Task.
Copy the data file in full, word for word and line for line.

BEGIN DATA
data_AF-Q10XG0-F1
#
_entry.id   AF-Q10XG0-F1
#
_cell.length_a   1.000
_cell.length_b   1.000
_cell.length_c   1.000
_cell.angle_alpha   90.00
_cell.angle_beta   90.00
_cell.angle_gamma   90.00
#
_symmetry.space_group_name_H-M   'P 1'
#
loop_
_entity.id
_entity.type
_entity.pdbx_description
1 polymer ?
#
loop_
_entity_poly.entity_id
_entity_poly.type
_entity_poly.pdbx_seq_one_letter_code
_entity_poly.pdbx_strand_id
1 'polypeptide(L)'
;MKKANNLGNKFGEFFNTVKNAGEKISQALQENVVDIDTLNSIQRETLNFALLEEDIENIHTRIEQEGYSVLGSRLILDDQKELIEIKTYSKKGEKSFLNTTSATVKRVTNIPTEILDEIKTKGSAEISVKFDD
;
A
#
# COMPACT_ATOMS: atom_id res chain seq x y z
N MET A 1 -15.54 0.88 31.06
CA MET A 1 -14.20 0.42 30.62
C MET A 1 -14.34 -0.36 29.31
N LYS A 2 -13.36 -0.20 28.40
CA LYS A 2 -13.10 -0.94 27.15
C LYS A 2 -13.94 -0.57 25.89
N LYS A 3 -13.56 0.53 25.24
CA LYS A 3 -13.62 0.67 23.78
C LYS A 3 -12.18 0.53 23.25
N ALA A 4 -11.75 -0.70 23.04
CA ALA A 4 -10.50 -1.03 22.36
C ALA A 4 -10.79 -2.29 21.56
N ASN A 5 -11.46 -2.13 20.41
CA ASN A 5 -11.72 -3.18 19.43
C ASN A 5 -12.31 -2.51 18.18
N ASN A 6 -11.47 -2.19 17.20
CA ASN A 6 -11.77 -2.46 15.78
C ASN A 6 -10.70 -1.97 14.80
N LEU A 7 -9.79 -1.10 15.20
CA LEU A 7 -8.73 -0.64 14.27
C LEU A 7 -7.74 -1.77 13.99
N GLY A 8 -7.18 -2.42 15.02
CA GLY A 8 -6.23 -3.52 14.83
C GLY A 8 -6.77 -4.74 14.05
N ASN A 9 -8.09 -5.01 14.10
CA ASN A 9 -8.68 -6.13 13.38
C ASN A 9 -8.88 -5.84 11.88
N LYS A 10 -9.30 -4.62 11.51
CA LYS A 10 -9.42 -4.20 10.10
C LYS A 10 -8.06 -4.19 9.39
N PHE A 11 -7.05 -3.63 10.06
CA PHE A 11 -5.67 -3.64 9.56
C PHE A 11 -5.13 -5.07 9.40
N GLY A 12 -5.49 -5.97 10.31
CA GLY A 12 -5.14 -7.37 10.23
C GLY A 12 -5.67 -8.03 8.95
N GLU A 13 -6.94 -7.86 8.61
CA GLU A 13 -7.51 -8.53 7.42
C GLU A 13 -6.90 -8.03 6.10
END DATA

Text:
data_AF-Q10XG0-F1
#
_entry.id   AF-Q10XG0-F1
#
_cell.length_a   1.000
_cell.length_b   1.000
_cell.length_c   1.000
_cell.angle_alpha   90.00
_cell.angle_beta   90.00
_cell.angle_gamma   90.00
#
_symmetry.space_group_name_H-M   'P 1'
#
loop_
_entity.id
_entity.type
_entity.pdbx_description
1 polymer ?
#
loop_
_entity_poly.entity_id
_entity_poly.type
_entity_poly.pdbx_seq_one_letter_code
_entity_poly.pdbx_strand_id
1 'polypeptide(L)'
;MKKANNLGNKFGEFFNTVKNAGEKISQALQENVVDIDTLNSIQRETLNFALLEEDIENIHTRIEQEGYSVLGSRLILDDQKELIEIKTYSKKGEKSFLNTTSATVKRVTNIPTEILDEIKTKGSAEISVKFDD
;
A
#
# COMPACT_ATOMS: atom_id res chain seq x y z
N MET A 1 -15.54 0.88 31.06
CA MET A 1 -14.20 0.42 30.62
C MET A 1 -14.34 -0.36 29.31
N LYS A 2 -13.36 -0.20 28.40
CA LYS A 2 -13.10 -0.94 27.15
C LYS A 2 -13.94 -0.57 25.89
N LYS A 3 -13.56 0.53 25.24
CA LYS A 3 -13.62 0.67 23.78
C LYS A 3 -12.18 0.53 23.25
N ALA A 4 -11.75 -0.70 23.04
CA ALA A 4 -10.50 -1.03 22.36
C ALA A 4 -10.79 -2.29 21.56
N ASN A 5 -11.46 -2.13 20.41
CA ASN A 5 -11.72 -3.18 19.43
C ASN A 5 -12.31 -2.51 18.18
N ASN A 6 -11.47 -2.19 17.20
CA ASN A 6 -11.77 -2.46 15.78
C ASN A 6 -10.70 -1.97 14.80
N LEU A 7 -9.79 -1.10 15.20
CA LEU A 7 -8.73 -0.64 14.27
C LEU A 7 -7.74 -1.77 13.99
N GLY A 8 -7.18 -2.42 15.02
CA GLY A 8 -6.23 -3.52 14.83
C GLY A 8 -6.77 -4.74 14.05
N ASN A 9 -8.09 -5.01 14.10
CA ASN A 9 -8.68 -6.13 13.38
C ASN A 9 -8.88 -5.84 11.88
N LYS A 10 -9.30 -4.62 11.51
CA LYS A 10 -9.42 -4.20 10.10
C LYS A 10 -8.06 -4.19 9.39
N PHE A 11 -7.05 -3.63 10.06
CA PHE A 11 -5.67 -3.64 9.56
C PHE A 11 -5.13 -5.07 9.40
N GLY A 12 -5.49 -5.97 10.31
CA GLY A 12 -5.14 -7.37 10.23
C GLY A 12 -5.67 -8.03 8.95
N GLU A 13 -6.94 -7.86 8.61
CA GLU A 13 -7.51 -8.53 7.42
C GLU A 13 -6.90 -8.03 6.10